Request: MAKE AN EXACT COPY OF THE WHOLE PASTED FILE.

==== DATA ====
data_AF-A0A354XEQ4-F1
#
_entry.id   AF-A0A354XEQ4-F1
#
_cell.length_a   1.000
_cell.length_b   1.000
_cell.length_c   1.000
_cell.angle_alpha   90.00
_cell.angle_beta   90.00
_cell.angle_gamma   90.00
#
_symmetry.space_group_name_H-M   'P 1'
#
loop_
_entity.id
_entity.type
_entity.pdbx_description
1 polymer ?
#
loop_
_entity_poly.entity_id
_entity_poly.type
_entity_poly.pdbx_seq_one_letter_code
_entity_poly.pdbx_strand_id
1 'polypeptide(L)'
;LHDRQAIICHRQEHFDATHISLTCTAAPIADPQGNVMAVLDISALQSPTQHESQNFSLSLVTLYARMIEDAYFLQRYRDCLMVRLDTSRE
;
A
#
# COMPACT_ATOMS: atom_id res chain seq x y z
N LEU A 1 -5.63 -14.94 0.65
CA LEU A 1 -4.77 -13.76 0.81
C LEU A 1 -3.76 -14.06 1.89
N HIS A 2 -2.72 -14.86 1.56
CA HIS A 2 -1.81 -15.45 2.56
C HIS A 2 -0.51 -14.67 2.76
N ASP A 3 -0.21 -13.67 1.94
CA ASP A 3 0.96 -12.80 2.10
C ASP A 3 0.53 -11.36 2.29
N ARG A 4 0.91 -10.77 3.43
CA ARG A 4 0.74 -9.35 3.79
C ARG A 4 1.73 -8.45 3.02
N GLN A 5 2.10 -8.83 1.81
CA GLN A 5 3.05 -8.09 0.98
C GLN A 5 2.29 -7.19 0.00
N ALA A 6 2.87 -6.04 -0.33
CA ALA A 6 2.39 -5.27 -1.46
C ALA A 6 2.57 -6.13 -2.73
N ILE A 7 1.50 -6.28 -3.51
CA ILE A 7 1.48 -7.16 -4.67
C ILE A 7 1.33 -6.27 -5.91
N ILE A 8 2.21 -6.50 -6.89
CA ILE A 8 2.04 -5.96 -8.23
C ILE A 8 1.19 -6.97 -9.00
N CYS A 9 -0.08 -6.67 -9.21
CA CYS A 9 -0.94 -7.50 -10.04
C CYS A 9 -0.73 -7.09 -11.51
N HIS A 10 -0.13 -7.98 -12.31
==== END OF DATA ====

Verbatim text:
data_AF-A0A354XEQ4-F1
#
_entry.id   AF-A0A354XEQ4-F1
#
_cell.length_a   1.000
_cell.length_b   1.000
_cell.length_c   1.000
_cell.angle_alpha   90.00
_cell.angle_beta   90.00
_cell.angle_gamma   90.00
#
_symmetry.space_group_name_H-M   'P 1'
#
loop_
_entity.id
_entity.type
_entity.pdbx_description
1 polymer ?
#
loop_
_entity_poly.entity_id
_entity_poly.type
_entity_poly.pdbx_seq_one_letter_code
_entity_poly.pdbx_strand_id
1 'polypeptide(L)'
;LHDRQAIICHRQEHFDATHISLTCTAAPIADPQGNVMAVLDISALQSPTQHESQNFSLSLVTLYARMIEDAYFLQRYRDCLMVRLDTSRE
;
A
#
# COMPACT_ATOMS: atom_id res chain seq x y z
N LEU A 1 -5.63 -14.94 0.65
CA LEU A 1 -4.77 -13.76 0.81
C LEU A 1 -3.76 -14.06 1.89
N HIS A 2 -2.72 -14.86 1.56
CA HIS A 2 -1.81 -15.45 2.56
C HIS A 2 -0.51 -14.67 2.76
N ASP A 3 -0.21 -13.67 1.94
CA ASP A 3 0.96 -12.80 2.10
C ASP A 3 0.53 -11.36 2.29
N ARG A 4 0.91 -10.77 3.43
CA ARG A 4 0.74 -9.35 3.79
C ARG A 4 1.73 -8.45 3.02
N GLN A 5 2.10 -8.83 1.81
CA GLN A 5 3.05 -8.09 0.98
C GLN A 5 2.29 -7.19 0.00
N ALA A 6 2.87 -6.04 -0.33
CA ALA A 6 2.39 -5.27 -1.46
C ALA A 6 2.57 -6.13 -2.73
N ILE A 7 1.50 -6.28 -3.51
CA ILE A 7 1.48 -7.16 -4.67
C ILE A 7 1.33 -6.27 -5.91
N ILE A 8 2.21 -6.50 -6.89
CA ILE A 8 2.04 -5.96 -8.23
C ILE A 8 1.19 -6.97 -9.00
N CYS A 9 -0.08 -6.67 -9.21
CA CYS A 9 -0.94 -7.50 -10.04
C CYS A 9 -0.73 -7.09 -11.51
N HIS A 10 -0.13 -7.98 -12.31